Ramsey said he walked into the Senate planning to support Niceley’s effort to give the school one last chance. Ramsey acknowledged his vote in favor probably would have garnered a few more votes in the legislation’s favor, but said he changed his mind after the debate twisted in procedural knots after learning Niceley's had other ways to bring his measure to the floor instead of amending another member's bill. The practice is legal under the Senate rules but was frowned upon in debate Tuesday night.
"I'm still, honestly, going to work with the administration to see if we can't get them to extend another year," said Ramsey.
Is it better to spend $120 million on one project or $1 million on 120 projects? Some variation of that question is one lawmakers will be faced with next week as they plan to approve a state spending plan for the next year.
As the legislature presses toward a mid-April adjournment, lawmakers will have to settle several budget battles first, like whether to reduce the Hall tax, give their blessing to a series of economic incentives and approving a new state museum.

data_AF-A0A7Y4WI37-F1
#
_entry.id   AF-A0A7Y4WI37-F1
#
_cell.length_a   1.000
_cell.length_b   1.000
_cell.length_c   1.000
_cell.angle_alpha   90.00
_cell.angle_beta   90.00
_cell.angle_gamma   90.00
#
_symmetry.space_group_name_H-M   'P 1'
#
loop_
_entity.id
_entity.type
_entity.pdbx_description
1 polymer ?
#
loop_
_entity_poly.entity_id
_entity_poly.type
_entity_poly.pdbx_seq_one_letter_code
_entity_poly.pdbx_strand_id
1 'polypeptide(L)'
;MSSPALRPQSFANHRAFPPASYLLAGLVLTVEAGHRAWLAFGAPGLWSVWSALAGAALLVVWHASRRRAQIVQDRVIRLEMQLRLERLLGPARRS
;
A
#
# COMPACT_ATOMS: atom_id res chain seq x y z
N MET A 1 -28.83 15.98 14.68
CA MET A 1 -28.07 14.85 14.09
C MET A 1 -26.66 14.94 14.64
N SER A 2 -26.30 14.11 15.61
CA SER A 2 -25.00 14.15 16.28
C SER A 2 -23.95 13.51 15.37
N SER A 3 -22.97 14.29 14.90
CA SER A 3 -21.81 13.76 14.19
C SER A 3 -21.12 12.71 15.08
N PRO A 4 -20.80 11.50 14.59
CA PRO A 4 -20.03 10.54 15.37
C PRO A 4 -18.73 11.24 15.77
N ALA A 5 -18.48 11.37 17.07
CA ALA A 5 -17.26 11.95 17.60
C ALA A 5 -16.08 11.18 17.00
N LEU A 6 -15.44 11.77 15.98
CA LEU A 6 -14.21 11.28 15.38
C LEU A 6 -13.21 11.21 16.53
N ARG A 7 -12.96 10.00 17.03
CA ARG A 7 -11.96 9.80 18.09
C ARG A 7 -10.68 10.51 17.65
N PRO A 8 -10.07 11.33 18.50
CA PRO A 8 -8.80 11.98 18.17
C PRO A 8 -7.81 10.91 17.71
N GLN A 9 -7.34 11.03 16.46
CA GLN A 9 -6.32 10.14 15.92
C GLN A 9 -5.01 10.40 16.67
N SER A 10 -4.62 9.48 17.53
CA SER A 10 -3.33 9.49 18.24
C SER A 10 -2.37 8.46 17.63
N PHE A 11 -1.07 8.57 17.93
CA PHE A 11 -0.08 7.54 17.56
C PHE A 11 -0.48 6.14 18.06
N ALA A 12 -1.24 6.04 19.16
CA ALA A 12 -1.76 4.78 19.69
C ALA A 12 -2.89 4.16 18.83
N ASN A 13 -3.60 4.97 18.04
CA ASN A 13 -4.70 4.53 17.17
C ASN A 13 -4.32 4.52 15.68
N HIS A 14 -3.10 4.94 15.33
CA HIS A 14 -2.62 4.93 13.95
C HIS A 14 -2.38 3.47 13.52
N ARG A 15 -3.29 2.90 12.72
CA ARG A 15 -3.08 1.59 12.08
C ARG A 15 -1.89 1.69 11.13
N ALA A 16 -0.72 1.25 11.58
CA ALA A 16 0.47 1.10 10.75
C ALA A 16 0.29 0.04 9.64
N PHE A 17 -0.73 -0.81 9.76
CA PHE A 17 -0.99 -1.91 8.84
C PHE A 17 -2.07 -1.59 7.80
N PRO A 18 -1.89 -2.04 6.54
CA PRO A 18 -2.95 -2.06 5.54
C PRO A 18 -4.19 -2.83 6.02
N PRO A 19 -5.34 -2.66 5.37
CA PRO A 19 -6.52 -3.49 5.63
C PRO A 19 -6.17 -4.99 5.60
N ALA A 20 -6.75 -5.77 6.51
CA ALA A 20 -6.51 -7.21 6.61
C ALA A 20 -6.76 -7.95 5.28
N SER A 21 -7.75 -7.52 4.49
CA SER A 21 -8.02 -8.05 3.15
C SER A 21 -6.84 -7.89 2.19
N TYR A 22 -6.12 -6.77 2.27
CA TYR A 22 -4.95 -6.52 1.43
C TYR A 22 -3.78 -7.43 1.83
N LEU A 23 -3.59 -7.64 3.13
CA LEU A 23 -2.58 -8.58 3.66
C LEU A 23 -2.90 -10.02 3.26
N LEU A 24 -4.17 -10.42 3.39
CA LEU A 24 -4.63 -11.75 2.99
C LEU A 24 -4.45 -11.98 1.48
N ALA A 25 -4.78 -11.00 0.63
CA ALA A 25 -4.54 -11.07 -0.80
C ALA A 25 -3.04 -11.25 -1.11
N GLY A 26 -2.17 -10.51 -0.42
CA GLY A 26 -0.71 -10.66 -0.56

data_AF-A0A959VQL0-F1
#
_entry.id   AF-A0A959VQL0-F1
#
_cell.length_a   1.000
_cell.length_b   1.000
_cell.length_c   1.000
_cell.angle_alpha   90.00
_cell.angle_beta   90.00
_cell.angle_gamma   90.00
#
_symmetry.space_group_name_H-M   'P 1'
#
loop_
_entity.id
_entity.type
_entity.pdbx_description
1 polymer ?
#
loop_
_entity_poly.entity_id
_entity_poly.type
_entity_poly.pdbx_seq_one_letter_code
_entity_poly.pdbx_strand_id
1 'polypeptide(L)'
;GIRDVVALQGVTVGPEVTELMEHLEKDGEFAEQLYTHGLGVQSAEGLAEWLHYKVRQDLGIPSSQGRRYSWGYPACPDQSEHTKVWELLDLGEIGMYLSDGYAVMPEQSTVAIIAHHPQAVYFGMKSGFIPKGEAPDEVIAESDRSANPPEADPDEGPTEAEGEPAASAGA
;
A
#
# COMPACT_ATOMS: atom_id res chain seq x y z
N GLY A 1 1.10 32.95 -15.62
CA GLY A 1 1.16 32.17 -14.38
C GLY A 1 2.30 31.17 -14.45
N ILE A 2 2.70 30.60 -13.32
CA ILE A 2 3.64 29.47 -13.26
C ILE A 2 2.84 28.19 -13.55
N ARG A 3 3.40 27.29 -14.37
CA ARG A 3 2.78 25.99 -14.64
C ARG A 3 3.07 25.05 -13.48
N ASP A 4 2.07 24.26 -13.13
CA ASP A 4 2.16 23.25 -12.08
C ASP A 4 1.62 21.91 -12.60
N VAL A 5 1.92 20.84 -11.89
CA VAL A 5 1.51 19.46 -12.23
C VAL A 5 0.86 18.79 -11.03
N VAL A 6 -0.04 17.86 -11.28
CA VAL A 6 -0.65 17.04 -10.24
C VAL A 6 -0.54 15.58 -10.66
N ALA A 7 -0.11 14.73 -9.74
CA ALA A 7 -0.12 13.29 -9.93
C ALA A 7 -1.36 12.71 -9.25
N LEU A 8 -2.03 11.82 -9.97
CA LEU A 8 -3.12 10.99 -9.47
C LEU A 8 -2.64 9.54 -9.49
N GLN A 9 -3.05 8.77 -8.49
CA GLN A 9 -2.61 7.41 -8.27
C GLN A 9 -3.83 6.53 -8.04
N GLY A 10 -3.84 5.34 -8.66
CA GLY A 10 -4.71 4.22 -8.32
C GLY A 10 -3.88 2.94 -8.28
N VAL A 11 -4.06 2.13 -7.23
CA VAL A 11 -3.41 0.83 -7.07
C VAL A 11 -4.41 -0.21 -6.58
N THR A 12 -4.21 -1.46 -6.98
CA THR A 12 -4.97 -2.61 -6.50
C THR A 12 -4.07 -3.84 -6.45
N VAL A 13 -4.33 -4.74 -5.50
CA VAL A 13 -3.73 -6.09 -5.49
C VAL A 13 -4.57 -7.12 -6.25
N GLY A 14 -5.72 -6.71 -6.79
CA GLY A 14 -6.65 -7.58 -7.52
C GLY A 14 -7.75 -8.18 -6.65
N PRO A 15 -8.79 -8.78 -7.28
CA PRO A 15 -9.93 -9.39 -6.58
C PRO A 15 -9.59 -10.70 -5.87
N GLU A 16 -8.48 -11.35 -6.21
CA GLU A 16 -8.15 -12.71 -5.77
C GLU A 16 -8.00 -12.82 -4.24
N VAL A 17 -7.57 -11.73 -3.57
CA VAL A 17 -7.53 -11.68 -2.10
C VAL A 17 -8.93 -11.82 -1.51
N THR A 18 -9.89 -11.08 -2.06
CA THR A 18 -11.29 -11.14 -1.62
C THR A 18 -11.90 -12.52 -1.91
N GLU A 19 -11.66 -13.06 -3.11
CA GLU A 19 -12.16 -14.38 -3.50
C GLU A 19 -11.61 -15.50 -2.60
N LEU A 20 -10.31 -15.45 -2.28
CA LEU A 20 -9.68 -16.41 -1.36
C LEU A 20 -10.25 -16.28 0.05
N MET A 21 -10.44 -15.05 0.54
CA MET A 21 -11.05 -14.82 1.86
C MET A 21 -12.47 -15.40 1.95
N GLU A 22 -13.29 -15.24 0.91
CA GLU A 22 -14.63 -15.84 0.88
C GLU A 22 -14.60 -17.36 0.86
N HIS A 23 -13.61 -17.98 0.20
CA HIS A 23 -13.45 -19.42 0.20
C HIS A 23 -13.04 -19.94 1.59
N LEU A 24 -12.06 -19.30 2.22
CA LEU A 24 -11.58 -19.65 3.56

“The one thing that we have a lot of is non-recurring money. What we don’t have is recurring money. We just don’t have any,” said House Republican Caucus Chairman Glen Casada, R-Franklin.
Lawmakers expect to pass the state’s $33.3 billion spending plan this week with hopes to adjourn the following week. The spending plan assumes an uptick of $31.5 million in recurring funds, largely in tax revenue growth, and $318 million in one-time money from a legal settlement, according to the administration’s proposal.
The lopsided increase in one-time money to recurring funds has led the governor to propose about $245 million in additional capital projects, including spending almost half of the dollars on a new state museum next to the Bicentennial Mall in Nashville at the chagrin of at least one lawmaker.
“I want to send you home with something to think about,” Rep. David Alexander, R-Winchester, said on the House floor before legislators left town Thursday. “I want you to think about if $120 million for a state museum is the best use for the taxpayer of Tennessee’s money. And we’ll talk about this again next week.”